OpenAI will start selling its text-generation tech, and the first customers include Reddit

Previously too dangerous to share; now yours for a price

Research lab OpenAI, which started as a nonprofit with the goal of mitigating the potential harms of artificial intelligence, has announced its first commercial product: an AI text-generation system that the outfit previously warned was too dangerous to share.

OpenAI’s work on text generation attracted much acclaim after the lab published the text generator GPT-2 in February last year. The project was widely seen as a significant step forward in the field. Users can input any text prompt into GPT-2 — a few lines of a song, a short story, even a scientific paper — and the software will continue writing, matching the style and content to some degree. You can try a web version of GPT-2 for yourself here.

OpenAI initially limited the release of GPT-2 due to concerns the system would be used for malicious purposes, like the mass-generation of fake news or spam. It later published the code in full, saying it had seen “no strong evidence of misuse.” This year, it announced a more sophisticated version of the system, 100 times larger, named GPT-3, which it’s now adapted into its first commercial product.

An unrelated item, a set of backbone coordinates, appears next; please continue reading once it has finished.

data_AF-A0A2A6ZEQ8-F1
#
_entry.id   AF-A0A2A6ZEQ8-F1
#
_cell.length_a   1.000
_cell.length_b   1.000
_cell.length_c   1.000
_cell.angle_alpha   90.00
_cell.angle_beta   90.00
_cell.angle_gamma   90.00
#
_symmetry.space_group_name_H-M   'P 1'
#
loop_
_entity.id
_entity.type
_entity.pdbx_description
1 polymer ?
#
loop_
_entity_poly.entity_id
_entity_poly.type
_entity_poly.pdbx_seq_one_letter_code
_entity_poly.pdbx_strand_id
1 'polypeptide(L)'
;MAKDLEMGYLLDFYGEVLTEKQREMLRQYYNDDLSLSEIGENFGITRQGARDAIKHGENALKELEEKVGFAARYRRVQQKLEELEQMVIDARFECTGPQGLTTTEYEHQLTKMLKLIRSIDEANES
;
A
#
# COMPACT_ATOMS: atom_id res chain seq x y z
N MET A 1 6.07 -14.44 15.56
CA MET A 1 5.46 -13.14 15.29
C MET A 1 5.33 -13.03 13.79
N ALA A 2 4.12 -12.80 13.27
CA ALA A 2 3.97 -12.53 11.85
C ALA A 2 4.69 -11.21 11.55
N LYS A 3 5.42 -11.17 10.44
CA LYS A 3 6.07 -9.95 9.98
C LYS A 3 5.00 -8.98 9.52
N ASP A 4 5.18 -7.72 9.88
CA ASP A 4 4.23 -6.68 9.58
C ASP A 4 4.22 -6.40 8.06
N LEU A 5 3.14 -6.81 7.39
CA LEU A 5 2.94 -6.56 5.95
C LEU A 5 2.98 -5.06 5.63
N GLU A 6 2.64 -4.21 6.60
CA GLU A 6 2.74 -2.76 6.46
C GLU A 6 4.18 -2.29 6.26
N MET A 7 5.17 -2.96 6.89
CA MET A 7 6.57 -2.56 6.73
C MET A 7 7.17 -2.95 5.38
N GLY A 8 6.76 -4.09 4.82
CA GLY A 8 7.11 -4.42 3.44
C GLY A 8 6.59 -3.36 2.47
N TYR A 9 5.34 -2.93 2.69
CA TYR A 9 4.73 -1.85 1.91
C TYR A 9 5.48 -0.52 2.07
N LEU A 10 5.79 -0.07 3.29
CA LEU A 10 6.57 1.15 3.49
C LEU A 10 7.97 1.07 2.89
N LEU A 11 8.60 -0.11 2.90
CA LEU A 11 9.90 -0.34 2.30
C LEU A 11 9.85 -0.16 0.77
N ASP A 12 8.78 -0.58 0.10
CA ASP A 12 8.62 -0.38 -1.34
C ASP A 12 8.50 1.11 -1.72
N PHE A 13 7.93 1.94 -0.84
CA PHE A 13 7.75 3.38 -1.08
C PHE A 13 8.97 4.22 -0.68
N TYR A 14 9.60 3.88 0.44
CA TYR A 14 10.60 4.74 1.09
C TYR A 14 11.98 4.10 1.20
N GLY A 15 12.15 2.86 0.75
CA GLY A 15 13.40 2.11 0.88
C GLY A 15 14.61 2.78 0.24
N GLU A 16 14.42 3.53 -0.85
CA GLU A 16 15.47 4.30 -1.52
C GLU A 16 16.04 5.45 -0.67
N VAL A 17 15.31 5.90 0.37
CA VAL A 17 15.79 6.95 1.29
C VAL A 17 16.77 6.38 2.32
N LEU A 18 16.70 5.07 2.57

Access to the GPT-3 API is invitation-only, and pricing is undecided. It’s also not clear, even to OpenAI itself, exactly how the system might be used. The API could be used to improve the fluency of chatbots, to create new gaming experiences, and much more besides.

AI text generators like GPT-3 work by analyzing a huge corpus of text, and learning to predict what letters and words tend to follow after one another. This sounds like a simple learning approach, but it produces software that is incredibly flexible and varied. GPT-2, for example, has been used to create a range of tools, from chatbots to text-based dungeon generators. And because it learns how to generate data simply by looking for past patterns, it can even be tuned to play chess and solve math problems, given the right training.

 

continue reading at theverge

Leave a Reply

Your email address will not be published. Required fields are marked *